The new semester kicks off tomorrow & right now I'm adding resources to my first-year bio moodle page & running through the powerpoints for the week's lectures. After a couple of introductory sessions we're diving into the section of the class that focuses on plants, and I'm giving some serious thought to how I present that material given that it looks like more than half the class didn't study the relevant year 12 Achievement Standard.
So among other things I've looked around for some engaging short videos on plant biology, and I found this one (part of what looks like a great sequence, which I've bookmarked for future use):
OK, I know the humour might not appeal to everyone, & he does speak rather fast at times, but the presenter's engaging, the graphics are good & the key points are emphasised and repeated – a nice little primer for my class to watch for homework as preparation for making sense of plants.
Some of my fellow Skeptics have been discussing a homeopath who offers courses in ‘homeopathic first-aid for the home’. Might work for dehydration, I suppose, given that a 30C dilution (that’s a 1 in 100 dilution, repeated 30 times) will have nothing in it but water… But I rather think that homeopathic arnica - recommended here for acute trauma! – would have been worse than useless the time that the Significant Other’s leg interacted with a heavy, sharp, falling object – give me real-world first aid any day!
Whales – competing with us for food, or helping to sustain the phytoplankton production on which most life in the oceans depends? The story and video at this link make a good case for the latter.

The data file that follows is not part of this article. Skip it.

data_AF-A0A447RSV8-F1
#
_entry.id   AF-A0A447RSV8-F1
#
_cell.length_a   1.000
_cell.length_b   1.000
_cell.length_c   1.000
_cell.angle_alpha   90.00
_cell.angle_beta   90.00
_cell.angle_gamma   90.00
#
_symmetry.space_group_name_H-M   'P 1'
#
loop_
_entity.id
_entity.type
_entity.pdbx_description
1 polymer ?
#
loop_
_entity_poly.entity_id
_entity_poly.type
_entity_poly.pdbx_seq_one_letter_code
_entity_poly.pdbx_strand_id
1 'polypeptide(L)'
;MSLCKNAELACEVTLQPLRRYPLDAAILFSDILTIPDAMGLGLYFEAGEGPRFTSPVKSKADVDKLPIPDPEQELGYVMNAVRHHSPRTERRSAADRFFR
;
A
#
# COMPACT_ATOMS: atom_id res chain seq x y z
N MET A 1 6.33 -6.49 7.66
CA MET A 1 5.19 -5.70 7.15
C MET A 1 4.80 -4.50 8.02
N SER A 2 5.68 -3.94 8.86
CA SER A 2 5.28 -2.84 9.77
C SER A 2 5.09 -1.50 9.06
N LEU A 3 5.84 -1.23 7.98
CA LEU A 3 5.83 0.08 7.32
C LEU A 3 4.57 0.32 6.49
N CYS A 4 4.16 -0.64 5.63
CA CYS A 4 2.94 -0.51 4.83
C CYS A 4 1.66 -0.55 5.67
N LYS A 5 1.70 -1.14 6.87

Then there’s the wolves – their return to Yellowstone Park in the US has led to a whole cascade of environmental changes: changes that are very much for the better. Because the wolves keep the elk population moving around & to some degree under control in terms of population size, the vegetation has had a chance to recover from overgrazing. Forest regrowth along the riverbanks has stabilised those banks and contributed to an improvement in water quality. Beaver populations have bounced back & their activity has further altered the landscape in ways that have seen other species return or recover. The wolves have benefited the park’s ecosystem in ways that nobody had predicted.
As for the final topic, well… I have occasionally been asked by much younger, smaller persons how hedgehogs “do it” (the answer being, “carefully!”). In fact Nanny Ogg had a hum’rous song on that very topic. Brian Switek discusses the issue as it might relate to stegasaurs in My Beloved Brontosaurus. And then there are porcupines, animals for whom it seems all coitus must be consensual (unlike ducks, bedbugs, & dolphins, to name just three). Because anything else really wouldn’t work…
I must admit, I’d never really thought about this one (although I suspect littlies would find it amusing). However, it does appear that silence, in this case, is definitely not golden (and it’s got a lot to do withe the mixture of gases produced during bacterial fermentation in the gut).